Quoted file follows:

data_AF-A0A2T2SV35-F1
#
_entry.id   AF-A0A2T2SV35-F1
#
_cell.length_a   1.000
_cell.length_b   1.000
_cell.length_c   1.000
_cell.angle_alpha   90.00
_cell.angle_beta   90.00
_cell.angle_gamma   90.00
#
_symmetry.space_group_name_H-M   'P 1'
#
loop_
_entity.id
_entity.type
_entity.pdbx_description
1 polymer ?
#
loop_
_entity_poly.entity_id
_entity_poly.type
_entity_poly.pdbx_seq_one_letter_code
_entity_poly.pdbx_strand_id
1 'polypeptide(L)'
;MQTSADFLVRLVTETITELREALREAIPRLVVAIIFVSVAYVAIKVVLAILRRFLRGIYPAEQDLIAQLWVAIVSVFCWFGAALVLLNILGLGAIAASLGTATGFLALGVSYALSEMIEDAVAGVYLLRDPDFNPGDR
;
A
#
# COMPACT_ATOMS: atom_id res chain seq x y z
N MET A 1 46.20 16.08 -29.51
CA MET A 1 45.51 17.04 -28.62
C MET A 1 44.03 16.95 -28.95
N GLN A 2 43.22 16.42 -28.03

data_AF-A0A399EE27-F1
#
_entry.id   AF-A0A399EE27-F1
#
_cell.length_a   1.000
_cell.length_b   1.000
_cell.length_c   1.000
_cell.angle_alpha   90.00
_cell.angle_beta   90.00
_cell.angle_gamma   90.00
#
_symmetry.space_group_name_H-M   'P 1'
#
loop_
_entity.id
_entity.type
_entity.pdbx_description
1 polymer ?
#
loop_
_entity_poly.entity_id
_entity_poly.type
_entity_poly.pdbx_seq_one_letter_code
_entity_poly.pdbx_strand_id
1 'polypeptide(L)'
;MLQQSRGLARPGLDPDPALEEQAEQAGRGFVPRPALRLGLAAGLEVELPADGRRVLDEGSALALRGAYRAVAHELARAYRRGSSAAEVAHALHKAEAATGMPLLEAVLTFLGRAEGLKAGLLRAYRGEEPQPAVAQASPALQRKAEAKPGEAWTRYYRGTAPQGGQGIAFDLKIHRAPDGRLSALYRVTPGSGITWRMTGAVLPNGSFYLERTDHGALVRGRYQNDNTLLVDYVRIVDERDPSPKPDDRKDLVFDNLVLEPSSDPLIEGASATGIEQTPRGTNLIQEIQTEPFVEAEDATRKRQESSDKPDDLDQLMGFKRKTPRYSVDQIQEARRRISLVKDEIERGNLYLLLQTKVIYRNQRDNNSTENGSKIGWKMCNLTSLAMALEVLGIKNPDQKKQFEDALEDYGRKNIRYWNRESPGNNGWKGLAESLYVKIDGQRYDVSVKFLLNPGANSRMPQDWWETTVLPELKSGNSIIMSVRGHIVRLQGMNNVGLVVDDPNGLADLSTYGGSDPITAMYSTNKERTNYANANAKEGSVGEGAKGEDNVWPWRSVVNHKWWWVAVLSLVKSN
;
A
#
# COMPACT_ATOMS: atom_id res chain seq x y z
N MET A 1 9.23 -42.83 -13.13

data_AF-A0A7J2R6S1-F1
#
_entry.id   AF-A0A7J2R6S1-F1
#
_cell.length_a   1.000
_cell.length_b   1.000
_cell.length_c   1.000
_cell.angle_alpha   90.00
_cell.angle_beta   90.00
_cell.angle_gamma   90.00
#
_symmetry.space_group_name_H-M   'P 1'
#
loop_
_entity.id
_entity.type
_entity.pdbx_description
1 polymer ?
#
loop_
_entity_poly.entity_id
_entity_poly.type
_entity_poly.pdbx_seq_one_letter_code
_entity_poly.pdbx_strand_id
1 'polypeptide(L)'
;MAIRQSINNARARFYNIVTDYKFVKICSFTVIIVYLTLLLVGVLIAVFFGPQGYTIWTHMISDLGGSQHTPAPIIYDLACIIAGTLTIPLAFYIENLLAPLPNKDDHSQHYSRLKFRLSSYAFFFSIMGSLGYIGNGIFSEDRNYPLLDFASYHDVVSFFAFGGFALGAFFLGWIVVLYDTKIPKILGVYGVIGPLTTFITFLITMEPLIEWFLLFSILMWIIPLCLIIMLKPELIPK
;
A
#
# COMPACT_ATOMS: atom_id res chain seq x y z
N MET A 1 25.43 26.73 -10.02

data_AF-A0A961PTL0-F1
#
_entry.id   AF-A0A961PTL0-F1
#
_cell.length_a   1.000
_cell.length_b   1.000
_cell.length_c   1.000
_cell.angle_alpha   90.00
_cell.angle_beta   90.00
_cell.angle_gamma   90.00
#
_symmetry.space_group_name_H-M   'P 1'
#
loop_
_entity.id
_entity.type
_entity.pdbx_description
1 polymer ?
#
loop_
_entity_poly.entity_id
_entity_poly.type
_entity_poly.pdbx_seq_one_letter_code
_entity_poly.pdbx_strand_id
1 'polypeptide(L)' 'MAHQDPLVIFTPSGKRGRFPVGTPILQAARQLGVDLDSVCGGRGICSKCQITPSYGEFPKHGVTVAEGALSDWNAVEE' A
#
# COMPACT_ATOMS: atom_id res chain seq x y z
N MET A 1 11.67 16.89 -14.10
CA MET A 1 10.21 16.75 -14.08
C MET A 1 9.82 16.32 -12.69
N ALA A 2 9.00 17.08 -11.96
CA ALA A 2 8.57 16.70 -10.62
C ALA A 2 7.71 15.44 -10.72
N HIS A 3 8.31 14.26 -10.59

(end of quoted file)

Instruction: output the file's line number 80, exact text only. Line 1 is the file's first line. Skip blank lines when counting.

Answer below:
_entity.id